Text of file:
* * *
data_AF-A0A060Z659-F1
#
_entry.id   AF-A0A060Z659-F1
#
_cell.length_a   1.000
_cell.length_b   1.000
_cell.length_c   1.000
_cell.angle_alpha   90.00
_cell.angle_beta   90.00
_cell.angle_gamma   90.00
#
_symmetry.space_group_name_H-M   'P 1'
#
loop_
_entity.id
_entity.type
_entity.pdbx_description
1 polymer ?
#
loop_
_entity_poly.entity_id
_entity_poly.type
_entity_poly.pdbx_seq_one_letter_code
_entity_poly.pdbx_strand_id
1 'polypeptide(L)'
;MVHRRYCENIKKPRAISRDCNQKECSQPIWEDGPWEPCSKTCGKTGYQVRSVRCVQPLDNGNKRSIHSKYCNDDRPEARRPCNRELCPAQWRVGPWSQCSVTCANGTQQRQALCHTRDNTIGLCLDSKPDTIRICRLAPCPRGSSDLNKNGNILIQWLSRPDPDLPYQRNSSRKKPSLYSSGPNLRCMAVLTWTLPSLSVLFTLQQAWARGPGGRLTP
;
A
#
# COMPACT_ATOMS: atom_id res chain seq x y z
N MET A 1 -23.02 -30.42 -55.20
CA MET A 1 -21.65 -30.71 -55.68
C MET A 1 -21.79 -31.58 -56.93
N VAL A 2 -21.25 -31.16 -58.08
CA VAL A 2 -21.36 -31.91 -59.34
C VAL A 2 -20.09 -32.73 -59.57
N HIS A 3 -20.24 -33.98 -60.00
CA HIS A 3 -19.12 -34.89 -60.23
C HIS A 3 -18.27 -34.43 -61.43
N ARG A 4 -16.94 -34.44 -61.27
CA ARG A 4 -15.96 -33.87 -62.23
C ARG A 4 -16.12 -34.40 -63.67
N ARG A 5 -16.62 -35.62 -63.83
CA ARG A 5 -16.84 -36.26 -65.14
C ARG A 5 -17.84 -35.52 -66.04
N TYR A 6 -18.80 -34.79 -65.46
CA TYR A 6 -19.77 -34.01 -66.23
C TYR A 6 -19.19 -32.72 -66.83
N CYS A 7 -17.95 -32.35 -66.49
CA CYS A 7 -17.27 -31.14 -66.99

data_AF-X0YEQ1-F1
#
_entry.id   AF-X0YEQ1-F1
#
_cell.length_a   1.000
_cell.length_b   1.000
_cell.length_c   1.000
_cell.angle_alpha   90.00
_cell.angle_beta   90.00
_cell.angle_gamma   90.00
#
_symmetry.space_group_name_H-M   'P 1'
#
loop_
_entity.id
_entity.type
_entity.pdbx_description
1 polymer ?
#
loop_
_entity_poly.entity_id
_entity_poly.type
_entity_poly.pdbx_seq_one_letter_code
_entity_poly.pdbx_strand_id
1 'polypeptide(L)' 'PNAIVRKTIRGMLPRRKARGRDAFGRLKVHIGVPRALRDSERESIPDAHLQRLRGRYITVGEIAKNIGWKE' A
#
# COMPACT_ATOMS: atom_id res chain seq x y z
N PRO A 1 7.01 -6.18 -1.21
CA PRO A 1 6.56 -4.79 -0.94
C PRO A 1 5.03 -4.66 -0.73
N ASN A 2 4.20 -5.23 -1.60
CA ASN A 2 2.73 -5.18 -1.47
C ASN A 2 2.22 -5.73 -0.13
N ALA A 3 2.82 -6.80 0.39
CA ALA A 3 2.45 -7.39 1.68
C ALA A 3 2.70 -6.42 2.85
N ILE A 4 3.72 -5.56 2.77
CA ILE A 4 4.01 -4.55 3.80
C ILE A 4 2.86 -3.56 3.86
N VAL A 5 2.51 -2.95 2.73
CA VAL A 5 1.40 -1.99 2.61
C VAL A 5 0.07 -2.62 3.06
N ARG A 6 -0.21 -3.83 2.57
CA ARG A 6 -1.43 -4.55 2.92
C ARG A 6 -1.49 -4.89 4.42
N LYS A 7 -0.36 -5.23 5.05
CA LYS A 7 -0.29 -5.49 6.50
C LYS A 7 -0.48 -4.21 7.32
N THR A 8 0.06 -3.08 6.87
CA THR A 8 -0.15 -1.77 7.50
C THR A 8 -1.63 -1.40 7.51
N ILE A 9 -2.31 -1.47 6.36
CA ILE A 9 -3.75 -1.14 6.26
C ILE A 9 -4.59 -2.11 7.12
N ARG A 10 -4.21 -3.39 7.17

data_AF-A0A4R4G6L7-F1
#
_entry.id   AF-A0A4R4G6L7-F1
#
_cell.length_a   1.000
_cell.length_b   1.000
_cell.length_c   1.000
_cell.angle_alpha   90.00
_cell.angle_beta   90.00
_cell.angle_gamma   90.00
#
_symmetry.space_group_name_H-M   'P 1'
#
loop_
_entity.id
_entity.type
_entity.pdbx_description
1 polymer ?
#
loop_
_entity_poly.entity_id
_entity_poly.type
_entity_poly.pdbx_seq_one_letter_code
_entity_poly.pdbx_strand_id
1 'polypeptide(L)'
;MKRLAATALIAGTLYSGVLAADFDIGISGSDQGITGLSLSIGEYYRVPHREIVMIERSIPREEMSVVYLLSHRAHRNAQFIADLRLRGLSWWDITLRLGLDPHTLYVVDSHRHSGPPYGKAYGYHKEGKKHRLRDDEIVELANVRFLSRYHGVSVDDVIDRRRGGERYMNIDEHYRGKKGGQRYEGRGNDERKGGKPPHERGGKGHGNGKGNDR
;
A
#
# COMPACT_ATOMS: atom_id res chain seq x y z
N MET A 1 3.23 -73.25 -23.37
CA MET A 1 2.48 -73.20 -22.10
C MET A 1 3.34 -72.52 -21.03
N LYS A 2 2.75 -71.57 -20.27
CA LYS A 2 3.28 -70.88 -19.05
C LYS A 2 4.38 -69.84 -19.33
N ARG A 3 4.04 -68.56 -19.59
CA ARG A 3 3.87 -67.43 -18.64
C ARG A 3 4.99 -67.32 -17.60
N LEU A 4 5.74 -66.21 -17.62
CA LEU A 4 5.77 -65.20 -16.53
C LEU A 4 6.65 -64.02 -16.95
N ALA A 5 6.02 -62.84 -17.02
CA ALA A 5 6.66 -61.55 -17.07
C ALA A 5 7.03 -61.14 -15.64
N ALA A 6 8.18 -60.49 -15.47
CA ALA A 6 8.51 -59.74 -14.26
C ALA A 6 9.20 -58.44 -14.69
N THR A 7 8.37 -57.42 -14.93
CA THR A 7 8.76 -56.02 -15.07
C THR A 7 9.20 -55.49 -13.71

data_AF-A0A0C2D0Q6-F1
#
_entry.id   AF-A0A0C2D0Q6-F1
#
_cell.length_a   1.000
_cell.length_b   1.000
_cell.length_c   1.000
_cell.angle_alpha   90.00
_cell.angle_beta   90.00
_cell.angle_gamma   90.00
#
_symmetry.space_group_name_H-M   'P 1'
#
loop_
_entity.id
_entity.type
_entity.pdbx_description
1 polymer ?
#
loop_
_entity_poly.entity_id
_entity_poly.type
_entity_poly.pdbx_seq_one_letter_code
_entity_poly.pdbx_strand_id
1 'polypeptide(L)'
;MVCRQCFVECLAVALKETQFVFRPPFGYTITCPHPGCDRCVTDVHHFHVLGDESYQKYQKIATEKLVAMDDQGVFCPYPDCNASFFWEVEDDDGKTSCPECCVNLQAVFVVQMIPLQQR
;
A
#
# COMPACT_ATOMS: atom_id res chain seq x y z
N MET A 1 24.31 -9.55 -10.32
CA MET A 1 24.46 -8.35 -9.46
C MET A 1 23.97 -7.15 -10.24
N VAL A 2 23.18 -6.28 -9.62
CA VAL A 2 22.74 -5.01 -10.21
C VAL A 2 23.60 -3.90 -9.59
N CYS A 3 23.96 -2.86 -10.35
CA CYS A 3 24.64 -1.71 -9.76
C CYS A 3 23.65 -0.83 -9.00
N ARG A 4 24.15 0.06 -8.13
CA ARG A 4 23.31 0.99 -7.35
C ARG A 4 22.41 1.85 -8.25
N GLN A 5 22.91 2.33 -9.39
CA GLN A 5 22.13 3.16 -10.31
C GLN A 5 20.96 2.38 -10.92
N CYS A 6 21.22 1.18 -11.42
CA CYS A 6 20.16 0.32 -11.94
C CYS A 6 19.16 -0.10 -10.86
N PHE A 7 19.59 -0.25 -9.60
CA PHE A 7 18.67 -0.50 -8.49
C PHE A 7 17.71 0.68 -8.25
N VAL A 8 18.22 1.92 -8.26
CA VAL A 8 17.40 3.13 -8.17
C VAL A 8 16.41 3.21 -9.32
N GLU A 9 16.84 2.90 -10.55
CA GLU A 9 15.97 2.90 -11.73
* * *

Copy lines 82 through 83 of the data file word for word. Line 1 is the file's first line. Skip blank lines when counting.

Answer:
CA ASN A 2 2.73 -5.18 -1.47
C ASN A 2 2.22 -5.73 -0.13